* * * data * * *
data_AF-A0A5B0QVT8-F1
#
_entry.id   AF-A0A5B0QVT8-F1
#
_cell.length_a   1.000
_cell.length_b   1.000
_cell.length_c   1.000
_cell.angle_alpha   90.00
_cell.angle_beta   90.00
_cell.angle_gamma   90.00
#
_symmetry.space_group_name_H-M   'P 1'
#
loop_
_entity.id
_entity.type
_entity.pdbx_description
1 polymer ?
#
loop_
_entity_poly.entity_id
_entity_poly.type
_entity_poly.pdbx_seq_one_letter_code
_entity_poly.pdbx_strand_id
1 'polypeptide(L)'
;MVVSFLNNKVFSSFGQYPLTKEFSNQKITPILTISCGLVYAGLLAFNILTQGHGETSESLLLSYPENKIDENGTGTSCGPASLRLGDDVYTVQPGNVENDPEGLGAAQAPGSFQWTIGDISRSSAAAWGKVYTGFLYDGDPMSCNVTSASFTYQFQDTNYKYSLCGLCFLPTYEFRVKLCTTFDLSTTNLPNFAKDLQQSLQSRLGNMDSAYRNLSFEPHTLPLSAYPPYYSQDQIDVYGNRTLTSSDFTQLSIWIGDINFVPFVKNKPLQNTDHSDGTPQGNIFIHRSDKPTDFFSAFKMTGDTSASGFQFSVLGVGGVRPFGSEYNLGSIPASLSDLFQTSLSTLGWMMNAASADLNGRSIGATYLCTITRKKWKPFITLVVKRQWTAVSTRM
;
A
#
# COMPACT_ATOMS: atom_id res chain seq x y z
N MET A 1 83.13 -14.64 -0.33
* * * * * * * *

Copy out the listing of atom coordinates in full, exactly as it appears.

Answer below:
data_AF-A0A5B0QVT8-F1
#
_entry.id   AF-A0A5B0QVT8-F1
#
_cell.length_a   1.000
_cell.length_b   1.000
_cell.length_c   1.000
_cell.angle_alpha   90.00
_cell.angle_beta   90.00
_cell.angle_gamma   90.00
#
_symmetry.space_group_name_H-M   'P 1'
#
loop_
_entity.id
_entity.type
_entity.pdbx_description
1 polymer ?
#
loop_
_entity_poly.entity_id
_entity_poly.type
_entity_poly.pdbx_seq_one_letter_code
_entity_poly.pdbx_strand_id
1 'polypeptide(L)'
;MVVSFLNNKVFSSFGQYPLTKEFSNQKITPILTISCGLVYAGLLAFNILTQGHGETSESLLLSYPENKIDENGTGTSCGPASLRLGDDVYTVQPGNVENDPEGLGAAQAPGSFQWTIGDISRSSAAAWGKVYTGFLYDGDPMSCNVTSASFTYQFQDTNYKYSLCGLCFLPTYEFRVKLCTTFDLSTTNLPNFAKDLQQSLQSRLGNMDSAYRNLSFEPHTLPLSAYPPYYSQDQIDVYGNRTLTSSDFTQLSIWIGDINFVPFVKNKPLQNTDHSDGTPQGNIFIHRSDKPTDFFSAFKMTGDTSASGFQFSVLGVGGVRPFGSEYNLGSIPASLSDLFQTSLSTLGWMMNAASADLNGRSIGATYLCTITRKKWKPFITLVVKRQWTAVSTRM
;
A
#
# COMPACT_ATOMS: atom_id res chain seq x y z
N MET A 1 83.13 -14.64 -0.33